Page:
Case Study: The importance of PPA Collaboration

October 26, 2020

The importance of public, private and academia (PPA) collaboration in the health sector: A case study of the Western Cape.



 To face the global health challenges, a collaboration between stakeholders from the healthcare industry, academia, government, non-governmental organizations (NGO’s), regulators and patients’ organisations is essential. The success of multi-stakeholder collaborations in improving the healthcare system is often based on public-private, academia (PPA) model. Public and private actors leverage capital resources and knowledge to develop innovative solutions to healthcare challenges.

Interdisciplinary, translational and innovative research and development (R&D) is realized in PPAs by combining different ideas, skills, and expertise in technologically demanding areas. Also, sharing knowledge with competitors at the precompetitive and even at a competitive stage is increasingly considered to be relevant and viable. A shared objective is to translate basic biological research into therapies serving patients. Regardless of differences in short-term expectations that the different stakeholders may have, the essential elements for successful R&D PPAs are trust and a shared view on the PPA’s mission and long-term outcome.[1]

It is clear that the economic sustainability of our health systems South Africa is under threat. Whether one is talking about the affordability of medicines,  lack of sufficient healthcare resources or society’s challenge in investing in prevention, all angles of the healthcare ecosystem are currently stretched.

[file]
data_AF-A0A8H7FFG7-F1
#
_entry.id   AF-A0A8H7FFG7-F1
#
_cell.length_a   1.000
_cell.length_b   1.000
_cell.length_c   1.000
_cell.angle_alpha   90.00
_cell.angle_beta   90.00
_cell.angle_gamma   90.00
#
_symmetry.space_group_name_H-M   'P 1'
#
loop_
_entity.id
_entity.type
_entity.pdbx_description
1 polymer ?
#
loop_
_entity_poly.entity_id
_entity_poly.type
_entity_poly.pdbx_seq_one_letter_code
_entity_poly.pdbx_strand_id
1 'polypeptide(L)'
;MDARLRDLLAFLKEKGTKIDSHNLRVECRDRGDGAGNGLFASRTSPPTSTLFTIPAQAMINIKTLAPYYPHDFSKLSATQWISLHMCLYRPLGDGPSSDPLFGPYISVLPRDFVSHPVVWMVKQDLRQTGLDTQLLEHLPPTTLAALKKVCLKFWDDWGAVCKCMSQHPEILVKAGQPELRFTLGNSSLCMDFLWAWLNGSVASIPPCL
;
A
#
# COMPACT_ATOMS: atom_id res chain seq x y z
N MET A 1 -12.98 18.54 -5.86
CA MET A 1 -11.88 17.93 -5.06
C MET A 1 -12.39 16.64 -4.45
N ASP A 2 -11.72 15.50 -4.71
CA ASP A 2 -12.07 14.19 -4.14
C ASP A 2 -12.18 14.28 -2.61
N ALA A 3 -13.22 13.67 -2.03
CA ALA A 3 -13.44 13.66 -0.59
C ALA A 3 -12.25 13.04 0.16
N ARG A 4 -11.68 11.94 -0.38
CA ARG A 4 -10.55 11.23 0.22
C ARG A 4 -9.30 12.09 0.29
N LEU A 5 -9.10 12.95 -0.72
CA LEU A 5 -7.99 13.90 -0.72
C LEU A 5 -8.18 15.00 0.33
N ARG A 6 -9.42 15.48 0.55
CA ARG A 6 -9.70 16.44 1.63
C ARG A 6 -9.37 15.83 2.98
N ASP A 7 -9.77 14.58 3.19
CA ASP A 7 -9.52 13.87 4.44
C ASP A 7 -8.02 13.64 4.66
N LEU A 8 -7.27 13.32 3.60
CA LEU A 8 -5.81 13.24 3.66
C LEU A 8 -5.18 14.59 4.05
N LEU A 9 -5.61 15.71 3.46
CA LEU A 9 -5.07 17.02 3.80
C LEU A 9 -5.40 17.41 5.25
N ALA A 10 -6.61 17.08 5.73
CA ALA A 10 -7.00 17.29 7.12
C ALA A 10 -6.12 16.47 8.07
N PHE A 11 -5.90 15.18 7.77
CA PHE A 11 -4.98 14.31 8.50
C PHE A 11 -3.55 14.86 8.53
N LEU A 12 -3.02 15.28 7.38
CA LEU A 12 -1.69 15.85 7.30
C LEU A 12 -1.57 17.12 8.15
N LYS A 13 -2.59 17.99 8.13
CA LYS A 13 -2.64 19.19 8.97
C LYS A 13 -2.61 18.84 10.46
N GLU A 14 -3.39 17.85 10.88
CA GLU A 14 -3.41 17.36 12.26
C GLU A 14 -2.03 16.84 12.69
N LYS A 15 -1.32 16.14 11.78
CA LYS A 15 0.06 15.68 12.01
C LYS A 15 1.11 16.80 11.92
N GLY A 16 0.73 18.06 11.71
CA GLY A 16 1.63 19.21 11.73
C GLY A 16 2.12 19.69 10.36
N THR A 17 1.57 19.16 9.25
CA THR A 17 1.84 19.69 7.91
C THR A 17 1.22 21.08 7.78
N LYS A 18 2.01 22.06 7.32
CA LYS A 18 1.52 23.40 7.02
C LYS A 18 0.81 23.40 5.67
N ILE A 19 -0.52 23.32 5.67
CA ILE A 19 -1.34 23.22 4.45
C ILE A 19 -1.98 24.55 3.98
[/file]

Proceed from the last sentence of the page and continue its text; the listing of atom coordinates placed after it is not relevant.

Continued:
1. Economic opportunities through Private Public and Academia in the Western Cape.

Access to quality healthcare at affordable rates is an urgent challenge in South Africa. The private sector can innovate to create self-sustaining solutions to deliver quality healthcare in South Africa. Active participation by companies, both non-profit and for-profit, is critical to achieving the health-related Sustainable Development Goals. Through opportunities to engage directly in health service delivery, companies can contribute to improving health outcomes in South Africa whilst still focusing on their core competencies. Private investors are spurring innovations in telemedicine, delivery, operating room procedures, workforce training and the generation of new revenue streams.[2]

The Western Cape is one of the world’s most beautiful and iconic regions, and home to some of Africa’s most important educational institutions, healthcare facilities, business enterprises, centres of innovation, and cultural and historical sites. It has one of the best-performing regional economies in South Africa, and among the country’s best educational outcomes and health indicators.